Admittedly, no one testified to damages in consequence of personal discomfort and annoyance in terms of dollars and cents, but the fact that no one has placed a monetary value on personal discomfort and annoyance does not make the damage speculative or conjectural. It is recognized that the determination of the extent of the discomfort and annoyance to plaintiffs, and the amounts which will reasonably compensate them for such injuries, rests largely in the discretion of the jury.

Failure of the jury to award damages for the claimed personal injuries or damage to the trees and shrubs, though arguably incongruous, furnishes no basis for impeaching the award for anguish, irritation, and annoyance. In considering this argument, the trial court stated,

I think that the verdict reflects a careful weighing of the various elements, and while I don't say that I would have given the same amount, I think the same order of priorities are exactly the same priorities the Court would have applied. By far the largest award the Court would have made would have been on the one that they did for annoyance, what have you. I think there would have been a smaller award for loss of use. If there was an award for trees it would have been substantially smaller yet, and I don't think the Court would have given anything for personal injuries, and the jury didn't.

All of which leads me to believe that the verdict is one that a jury is entitled to bring in and that I think is the function of the Court on hearing these motions, is it within permissible limits or is it not, and I'm satisfied that while it's a substantial verdict indeed, it is within permissible limits.

The record discloses substantial evidence to support the jury's award for irritation, anguish, and annoyance, and we can find no proper basis for upsetting the verdict on the grounds of its excessiveness, as Intalco argues we should.

[4] In reviewing the claim of excessive damages, indicating passion and prejudice on the part of the jury, we are guided by the test described in Kramer v. Portland-Seattle Auto Freight, Inc., 43 Wn.2d 386, 395-96, 261 P.2d 692 (1953):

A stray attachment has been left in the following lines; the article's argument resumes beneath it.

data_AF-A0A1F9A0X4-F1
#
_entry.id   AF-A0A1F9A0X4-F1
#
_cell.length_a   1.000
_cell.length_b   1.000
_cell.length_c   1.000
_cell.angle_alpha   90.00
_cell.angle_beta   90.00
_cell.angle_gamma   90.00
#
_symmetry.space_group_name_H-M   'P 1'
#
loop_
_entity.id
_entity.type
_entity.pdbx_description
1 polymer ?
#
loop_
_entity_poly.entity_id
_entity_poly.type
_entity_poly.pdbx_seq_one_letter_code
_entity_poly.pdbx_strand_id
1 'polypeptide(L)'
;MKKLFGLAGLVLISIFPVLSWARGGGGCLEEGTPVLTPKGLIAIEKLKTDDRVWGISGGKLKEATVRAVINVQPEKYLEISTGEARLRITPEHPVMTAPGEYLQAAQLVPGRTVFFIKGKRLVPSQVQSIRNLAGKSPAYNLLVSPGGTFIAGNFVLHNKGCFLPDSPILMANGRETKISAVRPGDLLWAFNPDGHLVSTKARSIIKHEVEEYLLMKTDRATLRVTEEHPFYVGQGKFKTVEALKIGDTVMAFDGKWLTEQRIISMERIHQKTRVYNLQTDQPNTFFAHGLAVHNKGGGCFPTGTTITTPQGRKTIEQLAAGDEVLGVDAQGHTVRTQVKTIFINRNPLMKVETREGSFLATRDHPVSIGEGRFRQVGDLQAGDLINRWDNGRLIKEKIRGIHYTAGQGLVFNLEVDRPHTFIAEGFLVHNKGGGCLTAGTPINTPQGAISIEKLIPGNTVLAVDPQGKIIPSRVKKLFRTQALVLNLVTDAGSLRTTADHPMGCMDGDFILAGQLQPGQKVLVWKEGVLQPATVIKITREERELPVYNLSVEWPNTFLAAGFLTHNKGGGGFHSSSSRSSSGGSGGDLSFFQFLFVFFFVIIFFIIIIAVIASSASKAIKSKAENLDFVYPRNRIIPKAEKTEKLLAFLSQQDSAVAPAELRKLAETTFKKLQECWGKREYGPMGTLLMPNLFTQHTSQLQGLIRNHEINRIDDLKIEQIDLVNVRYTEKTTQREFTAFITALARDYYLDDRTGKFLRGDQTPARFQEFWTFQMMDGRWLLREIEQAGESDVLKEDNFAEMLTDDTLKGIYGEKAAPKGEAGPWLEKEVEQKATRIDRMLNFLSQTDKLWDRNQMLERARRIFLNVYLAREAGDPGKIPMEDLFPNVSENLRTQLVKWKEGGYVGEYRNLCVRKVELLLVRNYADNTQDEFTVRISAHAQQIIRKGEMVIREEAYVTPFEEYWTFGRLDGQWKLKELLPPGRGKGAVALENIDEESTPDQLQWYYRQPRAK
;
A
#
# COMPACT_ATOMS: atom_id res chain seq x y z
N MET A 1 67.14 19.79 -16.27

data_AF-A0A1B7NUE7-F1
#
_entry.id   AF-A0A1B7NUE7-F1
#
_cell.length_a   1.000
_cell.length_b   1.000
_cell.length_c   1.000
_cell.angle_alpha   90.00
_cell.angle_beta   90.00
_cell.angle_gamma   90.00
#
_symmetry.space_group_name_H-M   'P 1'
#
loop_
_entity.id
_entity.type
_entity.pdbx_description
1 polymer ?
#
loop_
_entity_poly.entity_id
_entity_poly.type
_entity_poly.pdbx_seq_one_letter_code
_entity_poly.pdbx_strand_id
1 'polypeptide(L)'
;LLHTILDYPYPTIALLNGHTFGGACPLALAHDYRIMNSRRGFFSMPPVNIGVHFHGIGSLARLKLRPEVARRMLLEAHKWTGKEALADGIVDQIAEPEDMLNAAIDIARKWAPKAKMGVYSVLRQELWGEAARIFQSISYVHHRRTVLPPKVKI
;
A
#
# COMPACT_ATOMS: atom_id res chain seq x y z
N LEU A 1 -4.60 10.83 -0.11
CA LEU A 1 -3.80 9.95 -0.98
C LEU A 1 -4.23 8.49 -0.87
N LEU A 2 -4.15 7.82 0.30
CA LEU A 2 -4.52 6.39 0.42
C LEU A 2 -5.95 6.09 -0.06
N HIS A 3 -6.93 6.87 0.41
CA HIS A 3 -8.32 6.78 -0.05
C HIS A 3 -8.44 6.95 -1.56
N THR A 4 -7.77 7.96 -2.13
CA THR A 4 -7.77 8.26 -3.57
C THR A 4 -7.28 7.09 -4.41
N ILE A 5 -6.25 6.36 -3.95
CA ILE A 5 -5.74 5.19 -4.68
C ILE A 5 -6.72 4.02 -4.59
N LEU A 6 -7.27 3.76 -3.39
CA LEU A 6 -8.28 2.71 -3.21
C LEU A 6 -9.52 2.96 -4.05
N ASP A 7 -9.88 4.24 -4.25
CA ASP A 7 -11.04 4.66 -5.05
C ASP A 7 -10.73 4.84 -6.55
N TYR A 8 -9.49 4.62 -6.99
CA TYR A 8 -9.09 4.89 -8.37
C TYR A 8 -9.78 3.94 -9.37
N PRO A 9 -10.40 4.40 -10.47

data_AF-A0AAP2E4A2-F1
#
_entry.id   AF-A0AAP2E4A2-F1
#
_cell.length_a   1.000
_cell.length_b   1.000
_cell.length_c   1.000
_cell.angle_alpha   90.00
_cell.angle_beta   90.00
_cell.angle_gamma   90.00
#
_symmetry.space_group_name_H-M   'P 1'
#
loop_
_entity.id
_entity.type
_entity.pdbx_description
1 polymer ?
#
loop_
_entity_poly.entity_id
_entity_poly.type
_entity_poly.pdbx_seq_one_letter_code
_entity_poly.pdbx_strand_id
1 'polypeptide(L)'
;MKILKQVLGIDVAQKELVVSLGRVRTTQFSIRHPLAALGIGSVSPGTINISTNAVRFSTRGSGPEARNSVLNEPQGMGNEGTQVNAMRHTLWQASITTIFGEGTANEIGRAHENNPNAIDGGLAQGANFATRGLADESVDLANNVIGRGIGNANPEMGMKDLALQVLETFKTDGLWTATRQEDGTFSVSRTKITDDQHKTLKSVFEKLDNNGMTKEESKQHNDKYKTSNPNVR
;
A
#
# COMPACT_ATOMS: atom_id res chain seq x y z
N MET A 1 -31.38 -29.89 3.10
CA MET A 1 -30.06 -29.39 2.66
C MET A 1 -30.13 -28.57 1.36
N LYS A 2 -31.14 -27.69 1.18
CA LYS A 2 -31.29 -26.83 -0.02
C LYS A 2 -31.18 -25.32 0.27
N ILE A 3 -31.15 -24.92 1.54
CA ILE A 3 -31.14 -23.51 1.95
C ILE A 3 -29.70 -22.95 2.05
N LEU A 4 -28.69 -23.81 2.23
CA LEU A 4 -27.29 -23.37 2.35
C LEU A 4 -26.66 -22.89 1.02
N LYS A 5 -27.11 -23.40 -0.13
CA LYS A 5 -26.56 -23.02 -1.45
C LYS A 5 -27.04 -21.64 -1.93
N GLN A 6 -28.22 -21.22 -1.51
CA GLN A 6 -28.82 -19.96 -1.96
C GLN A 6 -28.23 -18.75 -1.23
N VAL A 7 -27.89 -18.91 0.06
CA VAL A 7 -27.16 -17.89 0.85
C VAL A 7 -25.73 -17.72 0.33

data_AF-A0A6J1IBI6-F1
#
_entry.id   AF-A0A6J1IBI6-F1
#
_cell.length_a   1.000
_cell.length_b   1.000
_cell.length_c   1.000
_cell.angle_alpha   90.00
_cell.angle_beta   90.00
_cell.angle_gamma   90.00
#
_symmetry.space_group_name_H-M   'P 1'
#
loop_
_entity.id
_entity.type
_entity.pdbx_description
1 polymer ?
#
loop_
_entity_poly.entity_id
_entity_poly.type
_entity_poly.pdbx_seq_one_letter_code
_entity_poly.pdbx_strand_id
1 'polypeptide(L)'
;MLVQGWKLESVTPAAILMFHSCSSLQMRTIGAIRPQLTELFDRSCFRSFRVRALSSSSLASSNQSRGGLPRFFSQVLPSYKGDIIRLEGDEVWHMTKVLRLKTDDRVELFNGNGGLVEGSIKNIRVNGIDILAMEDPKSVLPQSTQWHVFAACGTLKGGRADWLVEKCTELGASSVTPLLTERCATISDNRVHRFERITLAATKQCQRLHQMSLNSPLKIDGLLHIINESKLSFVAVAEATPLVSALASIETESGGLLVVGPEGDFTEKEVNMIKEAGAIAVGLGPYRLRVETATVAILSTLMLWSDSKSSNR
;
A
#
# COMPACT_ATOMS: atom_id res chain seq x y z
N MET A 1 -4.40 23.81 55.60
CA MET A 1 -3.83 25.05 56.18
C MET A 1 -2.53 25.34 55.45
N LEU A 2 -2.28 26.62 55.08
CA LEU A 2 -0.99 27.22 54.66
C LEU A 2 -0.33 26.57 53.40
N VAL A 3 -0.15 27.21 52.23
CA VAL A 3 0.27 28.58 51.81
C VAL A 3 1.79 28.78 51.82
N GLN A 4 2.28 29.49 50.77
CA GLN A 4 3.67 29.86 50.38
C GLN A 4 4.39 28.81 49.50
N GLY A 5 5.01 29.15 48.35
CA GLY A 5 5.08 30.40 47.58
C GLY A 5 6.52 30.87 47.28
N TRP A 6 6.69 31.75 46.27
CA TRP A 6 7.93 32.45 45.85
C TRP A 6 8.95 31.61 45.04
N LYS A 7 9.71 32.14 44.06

On the one hand, the following must be considered: Each cause depends, to a large extent, upon its own facts and circumstances. The verdict must be compensatory of a pecuniary loss. Walters v. Spokane International R. Co., 58 Wn. 293, 108 P. 593 (1910). It can be substantial ( Atkeson v. Jackson Estate, 72 Wn. 233, 130 P. 102 (1913); St. Germain v. Potlatch Lbr. Co., 76 Wn. 102, 135 P. 804 (1913); Skeels v. Davidson, 18 Wn.2d 358, 139 P.2d 301, 149 A.L.R. 225 (1943)) but not out of proportion to actual damages. Halverson v. Seattle Electric Co., 35 Wn. 600, 77 P. 1058 (1904). The amount of the damage is within the discretion of the jury, under proper instructions. The jury is given considerable latitude in making such determination as to it seems just. Aronson v. Everett, 136 Wn. 312, 239 P. 1011 (1925); Ticknor v. Seattle-Renton Stage Line, 139 Wn. 354, 247 P. 1 (1926). The subject matter being difficult of proof, it cannot be fixed with mathematical certainty by the proof. Once the determination is made, an appellate court will give great weight to, and is reluctant to interfere with, the jury's verdict. Kellerher v. Porter, 29 Wn.2d 650, 189 P.2d 223 (1948).